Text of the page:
Empty agvet chemical containers can be a health hazard to both users and the environment, but a common dilemma is safely disposing of them.
The Australian Banana Growers’ Council is encouraging farmers to take advantage of the drumMUSTER program to recycle their drums. With summer and cyclone season fast approaching, now is the perfect time to act.
An industry stewardship program set up in 1999, drumMUSTER is a fantastic disposal outlet for users across the nation. Once collected, the containers are shredded and transformed into practical items such as plastic cable covers, wheelie bins, road signs and bollards.
Banana growing regions across the country have numerous collection sites available to them and Colin Hoey, drumMUSTER Regional Consultant, is available to assist chemical users with any enquiries they may have about the program.
Whether you have one drum or 100 drums, take them to a collection site and join the growing band of farmers who are being proactive with farm waste recycling. A receipt is issued on delivery and is suitable as proof in all BMP programs.
“It’s good practice to dispose of drums on a regular basis, and I recommend visiting a collection site at least once a year,” said Mr Hoey.
Stoters Hill Transfer Station, operated by Cassowary Coast Regional Council is one of a number of ongoing collection sites available to banana growers in far north Queensland. The site has collected 51,577 containers since it opened in June 2011. In northern NSW, Coffs Harbour Waste Management Facility has collected 19,686 containers from growers since 2008.
Australian Banana Growers’ Council Chairman Doug Phillips believes drumMUSTER provides growers with a quick, easy, environmentally friendly way to dispose of used chemical containers.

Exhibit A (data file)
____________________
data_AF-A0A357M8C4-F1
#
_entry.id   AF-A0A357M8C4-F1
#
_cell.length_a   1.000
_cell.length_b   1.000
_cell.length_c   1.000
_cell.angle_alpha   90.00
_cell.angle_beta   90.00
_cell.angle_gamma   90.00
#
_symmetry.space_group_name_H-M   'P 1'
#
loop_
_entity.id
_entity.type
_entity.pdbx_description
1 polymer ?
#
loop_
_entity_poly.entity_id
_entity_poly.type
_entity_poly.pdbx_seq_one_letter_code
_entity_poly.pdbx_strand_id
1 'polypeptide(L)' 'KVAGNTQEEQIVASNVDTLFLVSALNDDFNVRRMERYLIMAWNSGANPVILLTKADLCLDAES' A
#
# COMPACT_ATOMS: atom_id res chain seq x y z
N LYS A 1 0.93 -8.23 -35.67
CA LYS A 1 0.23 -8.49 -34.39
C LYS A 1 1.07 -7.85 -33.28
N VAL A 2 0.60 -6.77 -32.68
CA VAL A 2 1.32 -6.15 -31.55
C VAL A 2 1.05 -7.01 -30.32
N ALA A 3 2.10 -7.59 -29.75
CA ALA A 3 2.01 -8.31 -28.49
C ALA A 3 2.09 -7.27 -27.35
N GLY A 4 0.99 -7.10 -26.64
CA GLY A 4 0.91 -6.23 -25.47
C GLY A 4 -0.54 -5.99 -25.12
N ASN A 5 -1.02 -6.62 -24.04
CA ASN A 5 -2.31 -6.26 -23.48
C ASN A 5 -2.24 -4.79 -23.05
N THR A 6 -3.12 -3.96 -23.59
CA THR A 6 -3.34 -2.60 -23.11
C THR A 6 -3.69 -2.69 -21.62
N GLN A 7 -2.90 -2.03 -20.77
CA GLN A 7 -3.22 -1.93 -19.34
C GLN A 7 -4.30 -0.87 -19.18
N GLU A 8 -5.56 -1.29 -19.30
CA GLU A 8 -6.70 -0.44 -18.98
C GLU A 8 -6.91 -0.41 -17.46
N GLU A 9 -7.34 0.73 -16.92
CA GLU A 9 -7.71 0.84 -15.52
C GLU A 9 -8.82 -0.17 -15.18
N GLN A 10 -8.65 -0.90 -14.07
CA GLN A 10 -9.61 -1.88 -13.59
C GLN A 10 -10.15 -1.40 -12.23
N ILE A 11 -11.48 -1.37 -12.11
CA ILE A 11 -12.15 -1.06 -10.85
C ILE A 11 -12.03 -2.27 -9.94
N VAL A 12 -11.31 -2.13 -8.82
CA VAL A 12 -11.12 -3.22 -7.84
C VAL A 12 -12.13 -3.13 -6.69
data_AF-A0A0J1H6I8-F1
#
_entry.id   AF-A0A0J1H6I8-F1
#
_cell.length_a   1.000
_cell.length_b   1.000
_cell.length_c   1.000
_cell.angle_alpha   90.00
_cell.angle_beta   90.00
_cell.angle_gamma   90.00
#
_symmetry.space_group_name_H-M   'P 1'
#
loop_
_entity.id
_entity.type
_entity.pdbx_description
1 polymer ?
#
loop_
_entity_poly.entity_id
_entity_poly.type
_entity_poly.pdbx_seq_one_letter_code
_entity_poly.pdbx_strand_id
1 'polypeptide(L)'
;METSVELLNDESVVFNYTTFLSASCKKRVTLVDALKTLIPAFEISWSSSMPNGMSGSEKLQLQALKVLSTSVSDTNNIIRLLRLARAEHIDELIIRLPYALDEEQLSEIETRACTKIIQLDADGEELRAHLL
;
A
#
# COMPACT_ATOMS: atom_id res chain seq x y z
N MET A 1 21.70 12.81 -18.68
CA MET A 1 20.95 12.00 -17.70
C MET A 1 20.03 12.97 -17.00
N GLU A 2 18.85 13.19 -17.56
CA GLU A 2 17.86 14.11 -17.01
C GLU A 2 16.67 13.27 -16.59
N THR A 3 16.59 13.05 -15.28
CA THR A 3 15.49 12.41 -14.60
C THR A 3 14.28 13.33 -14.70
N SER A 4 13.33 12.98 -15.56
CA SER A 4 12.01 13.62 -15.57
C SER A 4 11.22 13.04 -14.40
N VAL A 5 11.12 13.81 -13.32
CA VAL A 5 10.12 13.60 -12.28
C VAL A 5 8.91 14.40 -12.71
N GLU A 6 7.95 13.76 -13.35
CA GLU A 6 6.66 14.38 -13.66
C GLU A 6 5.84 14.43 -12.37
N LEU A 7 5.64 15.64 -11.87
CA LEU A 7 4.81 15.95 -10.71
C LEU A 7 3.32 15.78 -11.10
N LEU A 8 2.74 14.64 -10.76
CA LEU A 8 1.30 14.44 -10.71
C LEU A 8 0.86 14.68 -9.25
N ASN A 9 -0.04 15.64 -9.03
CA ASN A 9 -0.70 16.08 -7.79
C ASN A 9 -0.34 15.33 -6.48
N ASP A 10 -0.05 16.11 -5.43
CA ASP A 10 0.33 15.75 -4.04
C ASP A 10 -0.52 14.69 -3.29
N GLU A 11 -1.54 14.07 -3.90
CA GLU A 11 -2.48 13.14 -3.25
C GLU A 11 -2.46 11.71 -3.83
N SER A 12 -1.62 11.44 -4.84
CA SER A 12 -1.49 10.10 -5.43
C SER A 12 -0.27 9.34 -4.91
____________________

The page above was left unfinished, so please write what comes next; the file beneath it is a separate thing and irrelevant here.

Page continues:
“The banana industry, like other horticulture and agriculture industries, has been working hard to further improve farm practices,” said Mr Phillips.
“Banana growers helped develop our own Best Management Practices guidelines so we could make sure we set high standards for everything we do on-farm, including the disposal of used chemical containers. Our BMP guidelines advise triple rinsing the insides of used containers and disposing of them using drumMUSTER,” he said.
Mr Hoey encourages growers to let their neighbours know about the program as everyone should be involved.
“drumMUSTER is heading towards recycling 25 million drums and banana growers are urged to participate in reaching the milestone.”
The drumMUSTER and ChemClear programs are ideally set up to meet chemical user requirements for quality assurance (QA) programs. ChemClear is a jointly funded program which safely disposes of unwanted and out-of-date farm chemicals.
But drumMUSTER and ChemClear are more than just a tick in the box for QA. They represent a firm commitment from local businesses to doing the right thing for the safety and reputation of their customers, their community and their staff.
drumMUSTER National Program Manager Allan McGann said chemical users should take advantage of both programs to satisfy their QA auditors.
“Using programs like drumMUSTER and ChemClear not only shows you’re meeting the requirements of QA programs, but you’re also preventing waste from ending up in the wrong place,” he said.
Mr Phillips said, “When banana growers use drumMUSTER they can be sure they’re following best practice for disposing of used chemical containers.”
For further information on the drumMUSTER or ChemClear programs, call (02) 6230 4799.